How To Fairly Deal With UGC or Social Media Content
Since the times when social media came into existence, ordinary people have been sharing their pictures, thoughts, and memories on social media platforms, creating a plethora of User-Generated Content.
Brands, not much far behind the race, buckled up their belts to capitalize on this highly valuable content generated by their users for their promotions and advertisement.
Be it Starbucks or Coca-Cola, almost every brand, big or small, managed to win the marketing game and campaigns that benefitted from user-generated content, as it provides the extensive endorsement of the branded products.
But sometimes, the brands fail to keep a balance between the User’s social content and its usage. This invites chaos for the brands as with time, users are getting much sophisticated and aware of their content rights.
This blog will help you with a better understanding of these social media content rights, why are they important, and how to fairly deal with them.
Social Media Content Rights- The Explanatory Words
Social media platforms such as Facebook, Instagram, etc., are the big pools of User-Generated Content, i.e. the content created by the users worldwide. It plays a crucial role in the rise of marketing strategies of the brands.
Brands have started leveraging this unique UGC for authentic and valuable advertising. But the point is, “Is it OK to use the user’s content?”
And, that’s where social media content rights come into play.
Rights possessed by the users for their social media content, which allow users to have legal copyright on the content created by them, are known as social media content rights.
According to social media content rights, brands/companies cannot use the content created by the users without their prior consent.
They give users the power to safeguard their content from any infringement issues and to protect their rights of content privacy.
Why Is It Important To Focus On User’s Social Media Content Rights
User-generated content is free, but it is crucial to know that it cannot be used freely.
Certain laws safeguard the rights of the content creators according to some specific terms and policies.
Using the content for the purpose of generating profit, makes the brands fall into the pool of legal troubles such as content infringement, copyright issues, privacy issues, and much more.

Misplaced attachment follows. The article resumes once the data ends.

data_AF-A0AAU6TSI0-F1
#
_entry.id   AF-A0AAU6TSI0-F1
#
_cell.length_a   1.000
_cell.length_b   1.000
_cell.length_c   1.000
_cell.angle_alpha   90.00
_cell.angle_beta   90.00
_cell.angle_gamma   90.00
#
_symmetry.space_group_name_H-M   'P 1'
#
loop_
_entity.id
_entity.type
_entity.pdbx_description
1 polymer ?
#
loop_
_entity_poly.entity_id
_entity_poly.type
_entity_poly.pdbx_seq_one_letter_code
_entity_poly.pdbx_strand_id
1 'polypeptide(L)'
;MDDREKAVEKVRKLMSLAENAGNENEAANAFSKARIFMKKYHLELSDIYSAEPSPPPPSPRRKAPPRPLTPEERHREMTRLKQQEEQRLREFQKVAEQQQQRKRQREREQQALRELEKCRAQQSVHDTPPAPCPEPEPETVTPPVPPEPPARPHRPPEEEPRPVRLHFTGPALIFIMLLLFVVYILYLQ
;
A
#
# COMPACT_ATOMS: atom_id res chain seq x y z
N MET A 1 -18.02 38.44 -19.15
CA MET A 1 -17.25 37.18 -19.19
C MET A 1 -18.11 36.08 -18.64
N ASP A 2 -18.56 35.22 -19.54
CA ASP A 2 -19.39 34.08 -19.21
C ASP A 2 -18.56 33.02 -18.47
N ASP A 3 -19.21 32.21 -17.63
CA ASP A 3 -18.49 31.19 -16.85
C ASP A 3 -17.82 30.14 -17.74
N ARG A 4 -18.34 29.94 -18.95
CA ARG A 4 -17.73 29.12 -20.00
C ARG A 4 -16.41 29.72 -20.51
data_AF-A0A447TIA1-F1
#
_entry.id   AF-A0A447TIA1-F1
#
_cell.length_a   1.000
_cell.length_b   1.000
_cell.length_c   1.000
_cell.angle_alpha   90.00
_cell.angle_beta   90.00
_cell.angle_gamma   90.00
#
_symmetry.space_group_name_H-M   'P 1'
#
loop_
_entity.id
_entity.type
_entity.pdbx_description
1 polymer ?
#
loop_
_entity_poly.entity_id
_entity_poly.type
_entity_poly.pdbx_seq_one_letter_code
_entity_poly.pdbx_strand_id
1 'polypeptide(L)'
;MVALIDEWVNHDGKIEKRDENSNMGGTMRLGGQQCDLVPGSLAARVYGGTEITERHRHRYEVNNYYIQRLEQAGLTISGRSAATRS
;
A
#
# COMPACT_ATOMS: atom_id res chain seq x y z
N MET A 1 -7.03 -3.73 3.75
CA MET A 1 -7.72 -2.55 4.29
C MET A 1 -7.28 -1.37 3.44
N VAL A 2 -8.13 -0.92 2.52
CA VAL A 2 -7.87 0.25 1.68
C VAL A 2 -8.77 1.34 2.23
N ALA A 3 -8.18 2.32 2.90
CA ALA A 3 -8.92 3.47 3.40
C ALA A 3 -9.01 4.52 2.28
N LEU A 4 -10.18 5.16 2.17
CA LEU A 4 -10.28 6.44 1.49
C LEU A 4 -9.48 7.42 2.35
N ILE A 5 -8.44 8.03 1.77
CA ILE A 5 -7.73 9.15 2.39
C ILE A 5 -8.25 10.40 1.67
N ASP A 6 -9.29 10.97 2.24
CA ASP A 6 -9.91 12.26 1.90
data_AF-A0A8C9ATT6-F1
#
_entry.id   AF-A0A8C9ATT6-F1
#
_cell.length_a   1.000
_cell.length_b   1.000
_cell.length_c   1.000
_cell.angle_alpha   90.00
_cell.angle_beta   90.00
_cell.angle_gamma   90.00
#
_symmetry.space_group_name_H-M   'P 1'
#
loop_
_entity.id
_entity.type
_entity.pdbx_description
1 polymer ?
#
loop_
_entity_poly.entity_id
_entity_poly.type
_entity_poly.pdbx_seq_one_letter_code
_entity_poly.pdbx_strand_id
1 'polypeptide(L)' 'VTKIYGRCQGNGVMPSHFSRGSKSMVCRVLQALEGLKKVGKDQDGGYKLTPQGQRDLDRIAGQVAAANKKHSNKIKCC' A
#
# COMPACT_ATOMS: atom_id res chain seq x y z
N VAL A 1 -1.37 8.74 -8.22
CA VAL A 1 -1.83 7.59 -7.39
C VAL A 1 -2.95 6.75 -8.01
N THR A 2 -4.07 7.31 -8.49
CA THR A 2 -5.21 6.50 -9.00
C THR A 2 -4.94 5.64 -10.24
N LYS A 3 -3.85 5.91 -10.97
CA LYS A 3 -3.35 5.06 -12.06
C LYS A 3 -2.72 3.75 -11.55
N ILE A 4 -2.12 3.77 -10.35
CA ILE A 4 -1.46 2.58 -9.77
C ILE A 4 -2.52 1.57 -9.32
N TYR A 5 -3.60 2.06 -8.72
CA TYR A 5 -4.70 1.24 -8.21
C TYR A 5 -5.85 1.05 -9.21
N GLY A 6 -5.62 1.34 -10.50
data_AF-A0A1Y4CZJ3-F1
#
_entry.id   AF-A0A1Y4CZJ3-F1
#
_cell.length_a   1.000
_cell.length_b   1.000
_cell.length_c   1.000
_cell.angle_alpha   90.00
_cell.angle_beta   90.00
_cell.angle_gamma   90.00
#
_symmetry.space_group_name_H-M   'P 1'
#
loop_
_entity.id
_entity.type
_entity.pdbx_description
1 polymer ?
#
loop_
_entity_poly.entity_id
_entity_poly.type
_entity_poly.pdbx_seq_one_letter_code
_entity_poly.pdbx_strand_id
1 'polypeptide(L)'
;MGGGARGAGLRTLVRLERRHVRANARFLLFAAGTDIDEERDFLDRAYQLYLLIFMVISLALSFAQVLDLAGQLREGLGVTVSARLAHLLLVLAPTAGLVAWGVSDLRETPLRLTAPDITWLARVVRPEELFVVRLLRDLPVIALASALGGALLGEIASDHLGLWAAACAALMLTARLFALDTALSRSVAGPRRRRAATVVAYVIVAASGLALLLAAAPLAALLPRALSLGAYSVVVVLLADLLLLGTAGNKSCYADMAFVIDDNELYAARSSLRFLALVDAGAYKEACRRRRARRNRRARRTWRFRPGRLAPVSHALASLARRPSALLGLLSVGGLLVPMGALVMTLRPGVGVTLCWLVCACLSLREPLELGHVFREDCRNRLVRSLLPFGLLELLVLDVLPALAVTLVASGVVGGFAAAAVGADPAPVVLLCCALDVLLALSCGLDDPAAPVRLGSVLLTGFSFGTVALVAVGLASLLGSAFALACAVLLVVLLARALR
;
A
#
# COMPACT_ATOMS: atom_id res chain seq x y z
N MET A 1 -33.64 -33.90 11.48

For this reason, brands and marketers should consider seeking user’s consent before reusing their content for their own promotions and advertisements.
Acquiring user’s permissions will help the brands to maintain their dignified image in the market, build a trustworthy relationship with their users and keep their legal team away from any such troubles that might ruin their work.
We now know that as a user, you always hold the copyright of the items/content that you post on various social networks such as Instagram and Facebook, and no one can use it without your permission.
However, there exist some exceptions to copyright which come into play when it falls under the category of fair dealings.
Get Social Media Content Rights With Taggbox-Rights Management
Turn Your Users Into Brand Advocates With Content Rights
Exceptions To Copyright
There are certain exceptions to copyright that allows anyone to use your generated content without your permission.
These exceptional laws in the US are known as the Fair Use Doctrine.
It includes 4 main factors that should be considered to determine the case of copyright issues.
1. The purpose for which the content is used. For instance, any content which is reused for educational purposes is exempted from copyright issues.
2. The nature of the content that you want to copyright. For instance, it is considered to be fair use if you copy any inspirational or educational quote from any textbook and share it with the group.
3. The percentage of the work that is used concerning the entire length or quantity of the content.